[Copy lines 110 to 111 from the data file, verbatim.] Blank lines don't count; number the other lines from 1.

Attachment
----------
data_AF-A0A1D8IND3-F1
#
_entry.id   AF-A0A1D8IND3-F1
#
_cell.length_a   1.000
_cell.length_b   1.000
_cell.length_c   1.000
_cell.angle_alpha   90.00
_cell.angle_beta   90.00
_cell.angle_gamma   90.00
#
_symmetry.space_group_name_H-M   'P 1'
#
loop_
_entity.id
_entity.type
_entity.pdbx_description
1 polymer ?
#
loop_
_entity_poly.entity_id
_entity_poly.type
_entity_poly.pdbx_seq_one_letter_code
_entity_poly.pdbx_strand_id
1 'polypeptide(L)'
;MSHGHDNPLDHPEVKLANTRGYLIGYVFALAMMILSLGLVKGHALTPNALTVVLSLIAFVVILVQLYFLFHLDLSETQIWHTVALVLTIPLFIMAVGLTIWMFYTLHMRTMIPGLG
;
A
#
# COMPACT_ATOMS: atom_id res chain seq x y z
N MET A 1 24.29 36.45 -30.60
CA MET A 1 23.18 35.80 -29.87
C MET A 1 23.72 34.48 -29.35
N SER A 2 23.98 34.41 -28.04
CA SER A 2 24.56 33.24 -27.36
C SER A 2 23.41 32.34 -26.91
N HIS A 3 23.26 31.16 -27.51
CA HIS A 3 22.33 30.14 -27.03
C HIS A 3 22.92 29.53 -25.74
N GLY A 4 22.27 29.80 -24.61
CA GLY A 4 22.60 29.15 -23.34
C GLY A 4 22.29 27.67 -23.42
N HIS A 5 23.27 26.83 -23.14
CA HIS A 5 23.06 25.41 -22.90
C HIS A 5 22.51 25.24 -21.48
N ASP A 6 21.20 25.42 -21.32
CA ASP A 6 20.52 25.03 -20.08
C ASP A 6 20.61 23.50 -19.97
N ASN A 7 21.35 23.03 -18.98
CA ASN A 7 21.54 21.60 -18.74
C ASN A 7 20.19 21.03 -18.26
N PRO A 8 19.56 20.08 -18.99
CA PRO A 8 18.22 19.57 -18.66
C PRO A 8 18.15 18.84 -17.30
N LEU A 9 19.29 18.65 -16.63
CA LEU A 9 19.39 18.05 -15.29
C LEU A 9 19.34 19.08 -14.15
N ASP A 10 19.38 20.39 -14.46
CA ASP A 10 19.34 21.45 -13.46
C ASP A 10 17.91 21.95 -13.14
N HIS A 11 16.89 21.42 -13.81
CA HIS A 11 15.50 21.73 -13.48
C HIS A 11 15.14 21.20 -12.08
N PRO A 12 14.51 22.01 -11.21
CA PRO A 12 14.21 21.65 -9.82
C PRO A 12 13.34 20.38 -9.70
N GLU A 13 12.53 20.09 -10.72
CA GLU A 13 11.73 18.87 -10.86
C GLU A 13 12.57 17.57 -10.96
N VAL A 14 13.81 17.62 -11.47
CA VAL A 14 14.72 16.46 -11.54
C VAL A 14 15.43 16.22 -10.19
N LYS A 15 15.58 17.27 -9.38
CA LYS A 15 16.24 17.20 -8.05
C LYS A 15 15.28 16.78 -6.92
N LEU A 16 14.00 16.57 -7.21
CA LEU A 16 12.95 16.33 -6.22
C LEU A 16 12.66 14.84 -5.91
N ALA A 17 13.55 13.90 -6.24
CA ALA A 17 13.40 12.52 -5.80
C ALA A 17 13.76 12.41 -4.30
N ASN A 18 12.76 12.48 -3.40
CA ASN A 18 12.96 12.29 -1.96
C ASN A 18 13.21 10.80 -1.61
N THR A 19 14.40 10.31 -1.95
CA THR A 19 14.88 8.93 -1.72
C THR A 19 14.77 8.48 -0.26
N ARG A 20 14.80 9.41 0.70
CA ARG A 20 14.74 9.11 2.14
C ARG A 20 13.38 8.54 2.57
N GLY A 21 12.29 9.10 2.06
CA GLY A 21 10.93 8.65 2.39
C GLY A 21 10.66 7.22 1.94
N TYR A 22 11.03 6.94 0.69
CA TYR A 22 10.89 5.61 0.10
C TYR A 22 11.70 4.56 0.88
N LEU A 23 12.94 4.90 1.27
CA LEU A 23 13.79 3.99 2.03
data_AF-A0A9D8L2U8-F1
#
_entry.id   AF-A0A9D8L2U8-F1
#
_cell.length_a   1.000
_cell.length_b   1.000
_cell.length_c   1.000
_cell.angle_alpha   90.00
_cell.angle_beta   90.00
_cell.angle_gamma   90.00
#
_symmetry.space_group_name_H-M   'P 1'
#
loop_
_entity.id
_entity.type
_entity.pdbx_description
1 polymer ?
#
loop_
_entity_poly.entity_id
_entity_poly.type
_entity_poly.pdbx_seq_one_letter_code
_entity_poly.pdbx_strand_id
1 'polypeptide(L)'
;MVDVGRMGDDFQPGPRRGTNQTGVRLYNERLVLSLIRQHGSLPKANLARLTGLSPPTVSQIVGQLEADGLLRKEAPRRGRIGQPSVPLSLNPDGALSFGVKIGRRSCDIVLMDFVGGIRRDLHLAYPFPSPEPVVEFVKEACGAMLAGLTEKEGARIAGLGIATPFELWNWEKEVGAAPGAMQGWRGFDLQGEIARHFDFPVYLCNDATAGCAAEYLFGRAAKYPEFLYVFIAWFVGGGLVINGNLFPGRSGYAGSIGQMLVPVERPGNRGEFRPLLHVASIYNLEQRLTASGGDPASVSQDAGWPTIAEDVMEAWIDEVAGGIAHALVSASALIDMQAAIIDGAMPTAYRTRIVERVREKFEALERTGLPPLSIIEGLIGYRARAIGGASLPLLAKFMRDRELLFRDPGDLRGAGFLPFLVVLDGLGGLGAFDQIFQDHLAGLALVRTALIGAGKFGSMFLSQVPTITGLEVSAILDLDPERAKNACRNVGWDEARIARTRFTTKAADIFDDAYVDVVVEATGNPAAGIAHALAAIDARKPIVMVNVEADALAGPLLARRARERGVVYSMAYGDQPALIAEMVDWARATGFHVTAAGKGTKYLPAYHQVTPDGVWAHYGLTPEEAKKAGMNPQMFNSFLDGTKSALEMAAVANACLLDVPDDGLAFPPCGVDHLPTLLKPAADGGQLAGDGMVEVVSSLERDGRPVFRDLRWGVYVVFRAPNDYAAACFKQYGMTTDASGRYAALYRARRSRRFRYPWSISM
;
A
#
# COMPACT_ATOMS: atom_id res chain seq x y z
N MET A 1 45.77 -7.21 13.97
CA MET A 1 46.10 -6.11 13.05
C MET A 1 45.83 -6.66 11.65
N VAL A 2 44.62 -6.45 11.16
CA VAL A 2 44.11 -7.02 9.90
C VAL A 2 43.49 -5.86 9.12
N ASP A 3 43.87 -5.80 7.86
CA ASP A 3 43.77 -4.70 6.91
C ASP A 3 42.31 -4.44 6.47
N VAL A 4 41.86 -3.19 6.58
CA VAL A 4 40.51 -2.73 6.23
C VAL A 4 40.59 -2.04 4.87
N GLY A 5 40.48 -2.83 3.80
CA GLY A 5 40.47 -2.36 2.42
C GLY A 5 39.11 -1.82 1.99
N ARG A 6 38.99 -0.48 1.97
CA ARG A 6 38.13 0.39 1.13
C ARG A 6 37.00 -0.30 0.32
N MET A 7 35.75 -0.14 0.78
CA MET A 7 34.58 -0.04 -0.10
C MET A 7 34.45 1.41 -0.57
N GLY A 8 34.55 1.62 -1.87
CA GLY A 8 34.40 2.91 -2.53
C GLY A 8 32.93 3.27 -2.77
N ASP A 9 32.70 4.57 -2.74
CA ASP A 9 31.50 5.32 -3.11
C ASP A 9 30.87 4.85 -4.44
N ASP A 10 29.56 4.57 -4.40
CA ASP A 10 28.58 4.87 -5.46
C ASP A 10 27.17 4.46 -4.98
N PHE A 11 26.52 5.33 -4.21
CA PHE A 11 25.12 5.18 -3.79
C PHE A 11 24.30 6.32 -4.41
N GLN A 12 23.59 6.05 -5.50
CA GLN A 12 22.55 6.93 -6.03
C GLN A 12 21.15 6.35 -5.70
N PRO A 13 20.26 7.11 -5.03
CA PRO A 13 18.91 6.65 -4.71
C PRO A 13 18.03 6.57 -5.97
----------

_symmetry.space_group_name_H-M   'P 1'
#